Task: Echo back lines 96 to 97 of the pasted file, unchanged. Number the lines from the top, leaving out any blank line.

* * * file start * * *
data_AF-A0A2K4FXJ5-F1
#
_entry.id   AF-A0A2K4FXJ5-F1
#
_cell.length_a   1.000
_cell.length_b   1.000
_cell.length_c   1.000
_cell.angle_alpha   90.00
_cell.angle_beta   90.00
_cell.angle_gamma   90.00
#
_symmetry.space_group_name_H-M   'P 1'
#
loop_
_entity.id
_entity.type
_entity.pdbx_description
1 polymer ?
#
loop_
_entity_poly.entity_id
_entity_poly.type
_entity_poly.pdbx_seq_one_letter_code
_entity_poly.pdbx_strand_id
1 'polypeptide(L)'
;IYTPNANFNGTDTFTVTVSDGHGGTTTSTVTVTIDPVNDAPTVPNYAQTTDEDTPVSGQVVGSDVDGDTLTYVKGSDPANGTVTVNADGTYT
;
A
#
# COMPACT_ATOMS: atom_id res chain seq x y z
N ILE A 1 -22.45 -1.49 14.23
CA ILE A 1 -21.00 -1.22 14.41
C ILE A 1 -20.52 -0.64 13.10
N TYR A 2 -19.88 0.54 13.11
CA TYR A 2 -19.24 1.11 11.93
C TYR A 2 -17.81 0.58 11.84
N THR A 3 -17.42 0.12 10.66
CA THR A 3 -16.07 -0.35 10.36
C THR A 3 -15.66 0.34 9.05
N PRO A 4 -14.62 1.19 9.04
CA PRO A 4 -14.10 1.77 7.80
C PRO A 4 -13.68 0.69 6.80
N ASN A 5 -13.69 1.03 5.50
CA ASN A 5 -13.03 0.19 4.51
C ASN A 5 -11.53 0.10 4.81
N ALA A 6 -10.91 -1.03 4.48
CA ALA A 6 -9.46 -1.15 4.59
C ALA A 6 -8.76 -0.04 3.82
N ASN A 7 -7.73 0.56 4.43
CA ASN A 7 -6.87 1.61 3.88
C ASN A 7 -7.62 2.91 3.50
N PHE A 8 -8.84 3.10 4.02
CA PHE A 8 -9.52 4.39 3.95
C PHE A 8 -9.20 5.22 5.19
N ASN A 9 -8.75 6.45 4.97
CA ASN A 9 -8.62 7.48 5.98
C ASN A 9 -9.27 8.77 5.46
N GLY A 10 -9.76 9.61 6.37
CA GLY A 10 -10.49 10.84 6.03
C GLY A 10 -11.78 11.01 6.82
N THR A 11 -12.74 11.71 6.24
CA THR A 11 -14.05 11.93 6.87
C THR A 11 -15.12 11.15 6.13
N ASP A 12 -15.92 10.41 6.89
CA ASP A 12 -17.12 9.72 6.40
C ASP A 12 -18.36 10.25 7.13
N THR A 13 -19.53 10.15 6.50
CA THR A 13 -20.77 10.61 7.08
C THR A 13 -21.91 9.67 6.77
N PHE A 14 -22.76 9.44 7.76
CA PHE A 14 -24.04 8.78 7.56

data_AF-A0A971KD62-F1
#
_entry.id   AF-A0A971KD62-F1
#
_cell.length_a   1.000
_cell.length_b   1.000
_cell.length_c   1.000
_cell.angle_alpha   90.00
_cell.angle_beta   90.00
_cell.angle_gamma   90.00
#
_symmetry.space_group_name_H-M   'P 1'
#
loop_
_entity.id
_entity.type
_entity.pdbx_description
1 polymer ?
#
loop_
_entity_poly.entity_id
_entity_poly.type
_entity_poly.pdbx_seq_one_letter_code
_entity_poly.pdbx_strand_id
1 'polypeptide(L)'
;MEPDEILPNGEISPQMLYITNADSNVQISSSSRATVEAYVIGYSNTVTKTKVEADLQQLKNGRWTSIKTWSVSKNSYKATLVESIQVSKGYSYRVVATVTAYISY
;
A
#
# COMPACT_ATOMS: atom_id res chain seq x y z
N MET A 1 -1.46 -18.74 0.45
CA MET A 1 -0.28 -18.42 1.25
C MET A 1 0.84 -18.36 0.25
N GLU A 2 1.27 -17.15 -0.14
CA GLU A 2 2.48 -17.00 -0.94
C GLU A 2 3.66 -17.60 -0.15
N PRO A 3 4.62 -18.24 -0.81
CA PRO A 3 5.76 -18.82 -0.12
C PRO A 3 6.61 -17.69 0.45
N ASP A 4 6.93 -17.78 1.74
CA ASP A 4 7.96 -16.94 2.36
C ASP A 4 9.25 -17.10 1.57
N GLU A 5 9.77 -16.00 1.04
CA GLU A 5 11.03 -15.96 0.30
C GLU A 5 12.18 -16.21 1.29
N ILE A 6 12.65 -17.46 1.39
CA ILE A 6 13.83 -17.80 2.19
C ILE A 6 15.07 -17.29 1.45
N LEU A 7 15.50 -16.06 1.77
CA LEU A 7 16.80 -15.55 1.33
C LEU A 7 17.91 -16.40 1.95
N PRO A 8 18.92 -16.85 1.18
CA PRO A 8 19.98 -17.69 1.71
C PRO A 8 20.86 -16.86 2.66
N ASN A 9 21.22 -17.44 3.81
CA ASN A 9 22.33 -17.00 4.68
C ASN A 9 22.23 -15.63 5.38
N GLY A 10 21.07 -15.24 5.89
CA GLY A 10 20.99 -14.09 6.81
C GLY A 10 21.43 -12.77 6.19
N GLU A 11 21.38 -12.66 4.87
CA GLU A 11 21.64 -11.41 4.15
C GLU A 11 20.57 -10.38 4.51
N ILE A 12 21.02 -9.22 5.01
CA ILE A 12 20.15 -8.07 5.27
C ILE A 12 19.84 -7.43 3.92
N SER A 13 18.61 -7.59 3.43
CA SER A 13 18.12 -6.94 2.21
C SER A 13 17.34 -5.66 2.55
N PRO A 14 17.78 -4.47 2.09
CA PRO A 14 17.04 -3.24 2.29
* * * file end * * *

1 'polypeptide(L)'
;MEPDEILPNGEISPQMLYITNADSNVQISSSSRATVEAYVIGYSNTVTKTKVEADLQQLKNGRWTSIKTWSVSKNSYKATLVESIQVSKGYSYRVVATVTAYISY